In a previous post I reviewed NUnit. For my last post in this series I will focus on xUnit.net. xUnit.net is a newer open source framework that is gaining some traction. From the xUnit.net website on CodePlex:
xUnit.net is a unit testing tool for the .NET Framework. Written by the original inventor of NUnit, xUnit.net is the latest technology for unit testing C#, F#, VB.NET and other .NET languages. Works with ReSharper, CodeRush, and TestDriven.NET.
xUnit.net is a developer testing framework, built to support Test Driven Development, with a design goal of extreme simplicity and alignment with framework features. It is compatible with .NET Framework 2.0 and later, and offers several runners: console, GUI, MSBuild, and Visual Studio integration via TestDriven.net, CodeRush Test Runner and Resharper. It also offers test project integration for ASP.NET MVC.
xUnit.net is even used internally by some high profile Microsoft projects such as:
xUnit.net is a separate project meaning that direct Visual Studio integration support is not provided. However Visual Studio 2012 will allow different frameworks apart from MSTest to be used as the primary unit testing framework – this includes TFS builds too.
In the meantime, the following steps are required:
Download from NuGet
NuGet provides three packages for xUnit.net:
- xUnit.net – the core framework
- xUnit.net: Extensions – contains commonly used extensions for the framework (such as Theories)
- xUnit.net: Runners – contains the various test runners needed to run test assemblies
Adding these packages to a Visual Studio project is very simple as NuGet will automatically download the latest versions and insert the correct project references required.
Project Items and Snippets
Unlike MSTest which provides project items and snippets with the IDE, xUnit.net does not provide any by default. However these items are not difficult to create yourself if required and the CodePlex project page even explains how to create snippets for xUnit.net.
Although some initial setup is required one possible benefit is that xUnit.net is a standalone framework – it can be run anywhere without requiring installation, simply by copying the correct files.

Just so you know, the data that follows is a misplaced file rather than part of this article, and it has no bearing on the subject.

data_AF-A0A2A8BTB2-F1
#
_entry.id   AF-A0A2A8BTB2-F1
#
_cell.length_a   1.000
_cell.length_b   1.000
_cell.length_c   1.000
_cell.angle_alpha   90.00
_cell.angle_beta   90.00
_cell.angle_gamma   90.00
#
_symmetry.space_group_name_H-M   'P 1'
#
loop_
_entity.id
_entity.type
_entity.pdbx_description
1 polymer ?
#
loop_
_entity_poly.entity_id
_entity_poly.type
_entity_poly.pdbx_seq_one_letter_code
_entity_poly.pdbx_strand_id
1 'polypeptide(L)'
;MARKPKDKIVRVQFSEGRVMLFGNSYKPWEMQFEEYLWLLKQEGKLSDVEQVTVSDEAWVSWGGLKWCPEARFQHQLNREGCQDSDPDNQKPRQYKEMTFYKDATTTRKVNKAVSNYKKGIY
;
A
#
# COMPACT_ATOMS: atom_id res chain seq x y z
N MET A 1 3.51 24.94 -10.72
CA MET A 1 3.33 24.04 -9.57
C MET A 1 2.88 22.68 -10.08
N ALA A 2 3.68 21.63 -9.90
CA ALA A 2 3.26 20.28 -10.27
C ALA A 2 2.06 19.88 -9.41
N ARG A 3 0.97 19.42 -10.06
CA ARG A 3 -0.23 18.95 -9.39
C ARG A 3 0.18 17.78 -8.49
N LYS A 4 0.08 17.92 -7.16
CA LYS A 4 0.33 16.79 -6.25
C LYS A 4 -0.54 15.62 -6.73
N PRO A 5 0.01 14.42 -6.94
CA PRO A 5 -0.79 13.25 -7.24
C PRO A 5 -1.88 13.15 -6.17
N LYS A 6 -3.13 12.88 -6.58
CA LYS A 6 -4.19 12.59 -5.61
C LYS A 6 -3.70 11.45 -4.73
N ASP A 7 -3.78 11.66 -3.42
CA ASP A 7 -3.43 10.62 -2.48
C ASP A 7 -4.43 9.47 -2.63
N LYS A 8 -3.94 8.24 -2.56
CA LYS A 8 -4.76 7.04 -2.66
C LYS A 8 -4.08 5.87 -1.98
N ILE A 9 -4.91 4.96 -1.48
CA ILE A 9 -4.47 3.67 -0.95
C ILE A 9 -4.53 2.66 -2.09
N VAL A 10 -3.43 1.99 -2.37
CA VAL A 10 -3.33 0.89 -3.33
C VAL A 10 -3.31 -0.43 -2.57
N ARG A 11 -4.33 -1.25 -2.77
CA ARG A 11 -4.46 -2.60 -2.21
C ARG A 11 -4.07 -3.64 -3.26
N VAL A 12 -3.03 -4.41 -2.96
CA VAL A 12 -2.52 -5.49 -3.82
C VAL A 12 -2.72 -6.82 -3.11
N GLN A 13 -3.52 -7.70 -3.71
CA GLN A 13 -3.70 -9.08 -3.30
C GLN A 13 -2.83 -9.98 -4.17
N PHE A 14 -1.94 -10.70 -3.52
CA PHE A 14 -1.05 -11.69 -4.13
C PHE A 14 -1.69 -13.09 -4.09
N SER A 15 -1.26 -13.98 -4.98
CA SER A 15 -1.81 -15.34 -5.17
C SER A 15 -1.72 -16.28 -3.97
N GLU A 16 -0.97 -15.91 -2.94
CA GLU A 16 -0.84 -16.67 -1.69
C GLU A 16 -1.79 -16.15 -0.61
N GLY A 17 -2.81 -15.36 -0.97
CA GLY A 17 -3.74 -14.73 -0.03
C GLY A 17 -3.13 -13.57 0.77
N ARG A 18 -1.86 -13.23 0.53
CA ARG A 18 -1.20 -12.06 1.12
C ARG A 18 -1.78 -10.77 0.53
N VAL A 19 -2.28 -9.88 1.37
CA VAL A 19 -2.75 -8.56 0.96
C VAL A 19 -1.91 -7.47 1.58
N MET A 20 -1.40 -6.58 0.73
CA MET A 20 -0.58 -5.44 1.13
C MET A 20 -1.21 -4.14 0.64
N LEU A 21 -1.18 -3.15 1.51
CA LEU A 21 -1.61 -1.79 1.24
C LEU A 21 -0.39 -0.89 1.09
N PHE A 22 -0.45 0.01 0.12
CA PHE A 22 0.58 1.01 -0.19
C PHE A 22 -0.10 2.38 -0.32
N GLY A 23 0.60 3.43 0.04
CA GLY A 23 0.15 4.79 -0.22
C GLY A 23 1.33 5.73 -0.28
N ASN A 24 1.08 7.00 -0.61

TFS 2012 will be able to use the same Unit Test plugin model that Visual Studio 2012 uses meaning in the future it will be a lot easier to integrate xUnit.net into the Team Build process.
Until then though it is possible to use xUnit.net within Team Build but only via a custom build activity and translating the xUnit.net XML output into MSTest results. This webpage explains how it is possible to do it, though the process looks quite longwinded to me.
Tests are written like this in xUnit.net:
There are a much wider variety of assertions provided by xUnit.net by default compared to MSTest. A full list can be found here.
Data Driven Tests
Data driven tests in xUnit.net are known as theories. They are test methods that have parameters and can accept input from a number of sources. A theory looks like this:
Out of the box xUnit.net can accept input from the following sources:
- Inline data
- Property data
- Excel spreadsheet
- OleDb connection
- SQL Server database
Until Visual Studio 2012 comes out xUnit.net tests cannot be run directly via the IDE but there are a number of other options available.
The console runner is the most basic test runner available and works from the command line.
The GUI runner is a simple standalone application with it’s own user interface and is not as full featured as the NUnit GUI runner but is capable enough. Instead of a tree view like the NUnit GUI runner this test runner presents a flat list of tests but they can be filtered down by search terms, assembly and/or trait values.
One aspect that is different from the NUnit GUI runner is that although this runner will detect and reload test assemblies when rebuilt it will not automatically run the selected tests again, unlike NUnit.
Unlike MSTest and NUnit, xUnit.net provides it’s own custom MSBuild task which allows direct integration into the build process. A project file can then use it similar to this:
Build output then looks similar to the following:
------ Build started: Project: SampleCode, Configuration: Debug Any CPU ------
SampleCode -> C:\TalentQ\Experiments\UnitTestAnalysis\SampleCode\bin\Debug\SampleCode.dll
------ Build started: Project: SampleCode.xUnit, Configuration: Debug Any CPU ------